So here you basically have the neg with 4 arguments for limits to growth (the 3 specific resources and a generic environment claim) and the affirmative with 2 generic reasons there are no limits (tech/innovation and markets solve). So what you want to do in a 2NR is pick and chose- you don’t need to win all 4- and decidedly win those points. So lets look at increasing levels of quality of 2NR speech



“Extend limits to growth- oil is a limit- its running out now, when it runs out we can’t have growth”


“Extend peak oil is a limit to growth- their generic evidence doesn’t address this specific warrant, prefer specificity because its stupid to have general faith in magic science fixing every world problem”


“Extend peak oil- we have specific evidence that its running out and will crush global growth. Tech can’t solve because the demand is so huge- we have alternatives to oil now but they are so costly they can’t compete with the millions of consumers who want oil for transport, heating, and manufacturing. Markets empirically fail- no matter how high the price of oil goes we keep consuming it and building more cars. Presume neg- absent a compelling SPECIFIC explanation of how tech or markets solve you should assume that they do not- its not logical to have faith in innovation given the track record of the last 30 years”


“Extend peak oil- most recent evidence shows oil production has peaked- our card is from this month and from an oil expert. Their innovation solves card is from 02 and from a free market hack at the cato institute. Innovation has had 20 years to solve the oil problem but so far solutions are too costly and not effective enough to replace oil which has diverse applications from personal transport to manufacturing to agriculture. Even if a silver bullet is found, billions in China and India will never be able to afford it as companies are driven by the profit motive.  Oil is a perfect example of where markets fail because of monopoly- lack of a serious alternative means people keep consuming it no matter how high the price goes. Yes high prices have produced marginal gains in efficiency like higher miles per gallon, but efficiency is outstripped by massive increase in demand from developing countries. And cartels like OPEC can manipulate the market meaning price signals don’t effectively force a shift to alternatives- everytime the price gets to high they temporarily turn on the tap to stop a shift to alternatives. Presume negative- if you can’t explain to us what the feasible alternative is to replace oil in the next 5 years than you can’t vote aff on this argument- its just wishful thinking”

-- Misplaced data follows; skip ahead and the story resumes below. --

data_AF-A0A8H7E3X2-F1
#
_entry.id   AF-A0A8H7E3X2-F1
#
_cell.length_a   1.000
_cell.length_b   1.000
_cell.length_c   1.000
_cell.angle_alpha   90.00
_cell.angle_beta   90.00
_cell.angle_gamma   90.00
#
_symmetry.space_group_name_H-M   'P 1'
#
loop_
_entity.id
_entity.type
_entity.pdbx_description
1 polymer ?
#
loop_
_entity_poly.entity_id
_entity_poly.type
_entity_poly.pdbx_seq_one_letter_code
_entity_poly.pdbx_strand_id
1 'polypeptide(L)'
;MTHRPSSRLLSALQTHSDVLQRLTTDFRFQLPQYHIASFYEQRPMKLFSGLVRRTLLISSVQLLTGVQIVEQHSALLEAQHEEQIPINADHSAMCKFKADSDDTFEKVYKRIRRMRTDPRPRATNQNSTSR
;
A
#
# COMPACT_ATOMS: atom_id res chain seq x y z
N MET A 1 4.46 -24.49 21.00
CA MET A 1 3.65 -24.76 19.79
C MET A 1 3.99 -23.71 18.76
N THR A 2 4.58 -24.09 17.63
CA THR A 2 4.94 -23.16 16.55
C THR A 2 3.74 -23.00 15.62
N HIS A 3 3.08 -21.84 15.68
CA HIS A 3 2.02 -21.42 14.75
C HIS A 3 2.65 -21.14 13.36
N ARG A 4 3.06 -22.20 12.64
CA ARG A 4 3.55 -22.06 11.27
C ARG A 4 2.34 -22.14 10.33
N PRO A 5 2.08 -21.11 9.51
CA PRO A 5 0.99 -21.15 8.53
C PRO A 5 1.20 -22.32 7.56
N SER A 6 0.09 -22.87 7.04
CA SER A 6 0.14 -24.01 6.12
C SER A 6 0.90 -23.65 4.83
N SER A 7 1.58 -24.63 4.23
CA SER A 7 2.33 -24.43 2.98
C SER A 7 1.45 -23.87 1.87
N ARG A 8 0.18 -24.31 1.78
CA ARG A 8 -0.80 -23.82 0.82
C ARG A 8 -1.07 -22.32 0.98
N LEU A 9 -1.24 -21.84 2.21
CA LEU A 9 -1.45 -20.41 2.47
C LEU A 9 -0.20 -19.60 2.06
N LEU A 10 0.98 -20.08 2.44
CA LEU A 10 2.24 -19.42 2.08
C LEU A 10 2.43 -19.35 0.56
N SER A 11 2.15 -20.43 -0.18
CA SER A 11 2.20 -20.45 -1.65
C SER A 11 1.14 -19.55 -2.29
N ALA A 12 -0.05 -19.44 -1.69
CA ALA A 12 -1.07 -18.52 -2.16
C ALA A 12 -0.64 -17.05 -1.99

Each speech gets increasingly complex, not because more arguments are being repeated, but because more levels of resolution are being added to the negatives case. Many people have trouble filling time in rebuttals, especially when the debate comes down to a few small issues like only topicality or just conditionality. If this describes you than I’m guessing a big part of the problem is lack of argument resolution. If you don’t have enough “tools” to work with for resolving arguments in the rebuttal its probably a sign that your constructives weren’t put together very well and lacked diversity.  Lets look at a more complex example, does growth cause war?


1AC: Economic decline causes war- statistics prove

1NC: Economic decline does not cause war- leaders turn inward, Growth causes war – k2 fund military budgets

2AC: Extend statistics, also diversionary theory, and empirics WW 2, US proves economic decline doesn’t cause budget cuts- people always prioritize security


Ok already we are getting pretty full and we aren’t even to the 2NC. This is more than enough material for a very in depth rebuttal. Nevertheless, lets press on



Economic decline doesn’t cause war

-extend budget cuts

-popular opinion turns against war when people are hungry

-lack of economic growth stops resource conflicts

-diversionary theory is wrong

-Empirics go neg- WW 2 occurred 10 years after the depression, multiple past collapses didn’t cause war


Economic Growth Causes War

-extend growth fills coffers for conflict

-growth fuels resource conflicts

-interdependence prompts war

-Growth fuels public support for engagement/hegemony which causes conflict escalation


That’s getting pretty big. This is where most people run into 1AR trouble- they try and repeat everything the 2AC said, this forces them to make shallow/poorly explained arguments and oftentimes they still drop things. Given that just this part of the debate will take quite a chunk of time and there is still lots more going on you have to make choices and focus on argument resolution.